Duke blasted past Northeast Louisiana, Iowa, and Connecticut, and thanked St. John’s for knocking off the Midwest number 1-seeded Ohio State by promptly beating them in the Elite 8. This set the stage for the rematch between the two schools in the Final Four.

The hype was real. In the other semi-final, Kansas disposed of North Carolina, thus ensuring that should Duke win, they wouldn’t get that sacred rematch against their state-rivals. Kansas was coached by Roy Williams, who would go on to win three national championships with North Carolina. He defeated his contemporary, Dean Smith, by a score of 79-73, thus the winner of this rematch would do battle with the Jayhawks for the national title. Should Tarkanian be victorious in the semi-final, it would be his 600th win as a Division I coach.

As UNLV walked from the bus into the Hoosier Dome in Indianapolis (while the other semi-final transpired), the crowd roared for the 34-0 title-holders. Their winning streak had now stretched to 45 games, and they could taste a repeat shredding of the Blue Devils, who were 8 point underdogs. Duke was poised upon arrival at the Dome, quiet confidence that they could win the basketball game if they could neutralize and limit Larry Johnson’s ability. It seemed a bit like a David vs. Goliath preface, though Duke certainly were no slouches. Game time.

Right off the tip, freshman Grant Hill took possession from Greg Anthony and needed only one small dribble before laying the ball in for the game’s first two points. Anderson Hunt immediately responded ten seconds later with a spot-up three-pointer. Duke then countered with a twenty-five-second possession that resulted in a Laettner three. It was going to be that type of game.

Laettner scored 9 points in the first three minutes of the ball game to put Duke up by a surprising 15-6 score. UNLV then went from man-to-man into their trademark ‘amoeba’ defence which hovered on all acute driving angles but also closed out tight on perimeter passes. This change in strategy resulted in the Rebels themselves going on a 12-3 run to tie the game.

UNLV was much more adept at earning second-chance points, as Augmon, Johnson and Anthony each collected multiple offensive boards. They had 11 offensive rebounds before Laettner finally pounced on a Brian Davis miss and scored to cut the score to 25-24 for UNLV.

From then on out, neither team ever went up by more than five points. The contrast in styles made for some beautiful college basketball, and the 55000 fans packed in the Hoosier Dome (the stadium of the Indianapolis Colts at the time) were treated to a spectacular back and forth game. UNLV had only been trailing at halftime just once all season (the aforementioned game vs. Arkansas in which they emerged victoriously), and Duke was a perfect 26-0 when they led at halftime. This statistic was made irrelevant when Greg Anthony banked a left-hand floater with 10 seconds to go to give UNLV a 43-41 lead at the half.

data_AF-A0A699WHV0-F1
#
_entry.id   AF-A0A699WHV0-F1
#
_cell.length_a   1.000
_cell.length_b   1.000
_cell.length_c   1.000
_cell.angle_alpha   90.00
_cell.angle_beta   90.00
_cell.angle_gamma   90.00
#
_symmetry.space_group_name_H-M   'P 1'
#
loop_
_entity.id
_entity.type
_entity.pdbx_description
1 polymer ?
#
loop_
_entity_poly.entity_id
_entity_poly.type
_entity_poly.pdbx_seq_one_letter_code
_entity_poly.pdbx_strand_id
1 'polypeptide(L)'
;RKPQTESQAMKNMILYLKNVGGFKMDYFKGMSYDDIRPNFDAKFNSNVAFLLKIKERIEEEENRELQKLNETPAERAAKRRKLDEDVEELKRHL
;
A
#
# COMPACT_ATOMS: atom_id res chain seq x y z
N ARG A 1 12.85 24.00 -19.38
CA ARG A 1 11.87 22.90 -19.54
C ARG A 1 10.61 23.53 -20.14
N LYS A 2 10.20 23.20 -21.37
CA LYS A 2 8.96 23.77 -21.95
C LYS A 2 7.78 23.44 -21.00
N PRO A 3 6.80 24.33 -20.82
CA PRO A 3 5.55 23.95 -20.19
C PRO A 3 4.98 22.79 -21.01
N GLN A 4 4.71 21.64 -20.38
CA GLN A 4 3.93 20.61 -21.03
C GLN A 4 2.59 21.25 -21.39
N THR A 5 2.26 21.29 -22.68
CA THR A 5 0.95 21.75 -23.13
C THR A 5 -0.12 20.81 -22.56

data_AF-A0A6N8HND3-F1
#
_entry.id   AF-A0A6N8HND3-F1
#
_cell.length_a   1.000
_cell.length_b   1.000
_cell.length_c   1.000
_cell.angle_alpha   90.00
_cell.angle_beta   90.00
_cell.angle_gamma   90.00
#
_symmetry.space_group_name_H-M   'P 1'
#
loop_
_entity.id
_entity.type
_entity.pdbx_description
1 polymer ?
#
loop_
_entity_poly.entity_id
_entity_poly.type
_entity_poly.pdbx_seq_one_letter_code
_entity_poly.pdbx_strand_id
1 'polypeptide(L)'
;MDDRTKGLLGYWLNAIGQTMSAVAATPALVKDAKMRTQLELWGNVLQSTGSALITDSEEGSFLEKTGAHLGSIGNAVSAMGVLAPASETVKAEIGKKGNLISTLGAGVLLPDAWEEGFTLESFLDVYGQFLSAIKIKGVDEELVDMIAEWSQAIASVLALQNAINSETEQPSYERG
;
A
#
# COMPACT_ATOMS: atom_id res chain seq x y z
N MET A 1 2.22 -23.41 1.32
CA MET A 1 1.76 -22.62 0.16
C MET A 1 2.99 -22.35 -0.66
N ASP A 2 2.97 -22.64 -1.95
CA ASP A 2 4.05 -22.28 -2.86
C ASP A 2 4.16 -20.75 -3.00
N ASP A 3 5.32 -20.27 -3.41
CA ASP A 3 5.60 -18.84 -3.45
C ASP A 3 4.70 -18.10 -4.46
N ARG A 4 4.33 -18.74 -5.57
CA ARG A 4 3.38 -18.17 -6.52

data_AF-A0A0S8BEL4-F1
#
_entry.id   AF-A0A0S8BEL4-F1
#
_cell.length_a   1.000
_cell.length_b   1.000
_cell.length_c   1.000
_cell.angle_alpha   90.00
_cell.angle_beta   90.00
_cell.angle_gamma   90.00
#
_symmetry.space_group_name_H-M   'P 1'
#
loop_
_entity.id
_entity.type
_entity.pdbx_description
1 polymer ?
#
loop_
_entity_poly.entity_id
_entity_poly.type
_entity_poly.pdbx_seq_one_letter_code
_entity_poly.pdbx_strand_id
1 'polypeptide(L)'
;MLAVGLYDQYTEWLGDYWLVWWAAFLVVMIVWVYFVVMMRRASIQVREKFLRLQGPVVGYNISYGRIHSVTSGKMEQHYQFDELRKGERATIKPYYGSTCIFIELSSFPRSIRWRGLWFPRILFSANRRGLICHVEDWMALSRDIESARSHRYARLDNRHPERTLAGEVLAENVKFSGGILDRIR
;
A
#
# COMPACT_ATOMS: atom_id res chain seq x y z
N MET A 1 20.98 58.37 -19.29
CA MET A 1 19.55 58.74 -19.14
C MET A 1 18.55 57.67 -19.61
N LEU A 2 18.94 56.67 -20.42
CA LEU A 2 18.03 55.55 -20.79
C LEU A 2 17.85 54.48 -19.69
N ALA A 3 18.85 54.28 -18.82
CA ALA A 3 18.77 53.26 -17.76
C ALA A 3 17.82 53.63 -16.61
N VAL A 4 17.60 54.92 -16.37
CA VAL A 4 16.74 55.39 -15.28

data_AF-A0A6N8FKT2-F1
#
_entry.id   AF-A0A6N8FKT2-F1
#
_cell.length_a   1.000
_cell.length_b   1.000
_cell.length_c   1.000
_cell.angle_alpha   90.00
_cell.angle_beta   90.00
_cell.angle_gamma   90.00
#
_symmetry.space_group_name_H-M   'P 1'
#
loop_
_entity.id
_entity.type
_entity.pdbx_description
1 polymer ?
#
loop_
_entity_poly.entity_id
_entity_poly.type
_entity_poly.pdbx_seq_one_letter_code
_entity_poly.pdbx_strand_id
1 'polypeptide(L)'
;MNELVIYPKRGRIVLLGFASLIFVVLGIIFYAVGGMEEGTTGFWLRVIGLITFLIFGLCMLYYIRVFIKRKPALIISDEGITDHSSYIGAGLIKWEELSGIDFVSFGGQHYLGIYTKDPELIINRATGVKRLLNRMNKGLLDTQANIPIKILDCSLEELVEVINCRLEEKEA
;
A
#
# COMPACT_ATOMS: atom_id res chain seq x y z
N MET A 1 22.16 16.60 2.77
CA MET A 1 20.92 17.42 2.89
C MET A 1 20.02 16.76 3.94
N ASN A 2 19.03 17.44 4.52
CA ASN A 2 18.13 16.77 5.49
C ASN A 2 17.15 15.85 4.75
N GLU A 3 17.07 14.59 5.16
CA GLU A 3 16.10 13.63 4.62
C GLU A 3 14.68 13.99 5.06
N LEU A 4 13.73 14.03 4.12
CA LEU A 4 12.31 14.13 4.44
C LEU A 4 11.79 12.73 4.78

Duke had done a brilliant job neutralizing Larry Johnson, who was named the Naismith College Player of the Year, holding him to only 6 points. Anthony was the Runnin’ Rebels most valuable player in the first half, scoring 16 points while dishing out 3 assists and collecting 3 rebounds. For Duke, Laettner scored a remarkable 20 first-half points, while Hurley dished out 4 assists, one of which was a sensational behind the head, no-look dime to Grant Hill in transition.

Duke had possession to start the second half and Hurley and Laettner connected on a beautiful pick and roll that had Tarkanian chewing his towel. UNLV began the half back in man-to-man defence, though they would once again switch to the amoeba as Duke took their time and swung the ball around throughout the 45-second shot clock. The lead changed hands an absurd amount of times.

After Thomas Hill banked a shot from the block to put Duke up by 2, Hunt instantly responded with a three-pointer. Grant Hill turned the ball over on an inbound and Hunt went unmolested for the two-handed slam, only for Hill to redeem himself on the next possession with an and-1, drawing George Ackles’s fourth foul. Holy Moses, what a game.

Jerry Tarkanian salivating into his towel at the prospect of eating someone's liver with a can of fava beans and a nice chianti

Source: Ed Reinke/AP

Thomas Hill awkwardly twisted his back while going up for a rebound which allowed Hunt to hit another uncontested three, his fourth of the game. Hill received some treatment on the court from the trainers but would return to the contest a few minutes later. At this point, the score was deadlocked at 51 apiece, with 15 lead changes and 9 ties. This intensity wouldn’t peter out in the slightest.

Duke sophomore guard, Billy McCaffrey, checked into the game and drained a deep two-pointer, and UNLV centre Elmore Spencer air-balled a free-throw. Both UNLV guards, Anthony and Hunt, injured their hands within seconds after taking hard falls at both ends of the floor. Laettner and Greg Koubek were doing a wonderful job shutting down Larry Johnson, exhausting him to the point of asking for a quick substitution to catch his breath. Upon his return, he was given a technical foul for mouthing off to Hill after Bobby Hurley fouled the labouring Anthony hard under the basket. Scintillating stuff!

Tarkanian was up and animated throughout the tense second half, whereas Krzyzewski remained calm and poised, rooted to his seat. Duke held a 65-63 lead with just under ten minutes to go. Anthony picked up his fourth foul a minute later and was forced to sit during a crucial point of the match. Hunt felt the pressure to pick up his play without his backcourt buddy, and had a phenomenal second half, scoring 19 of his 29 points in the latter frame.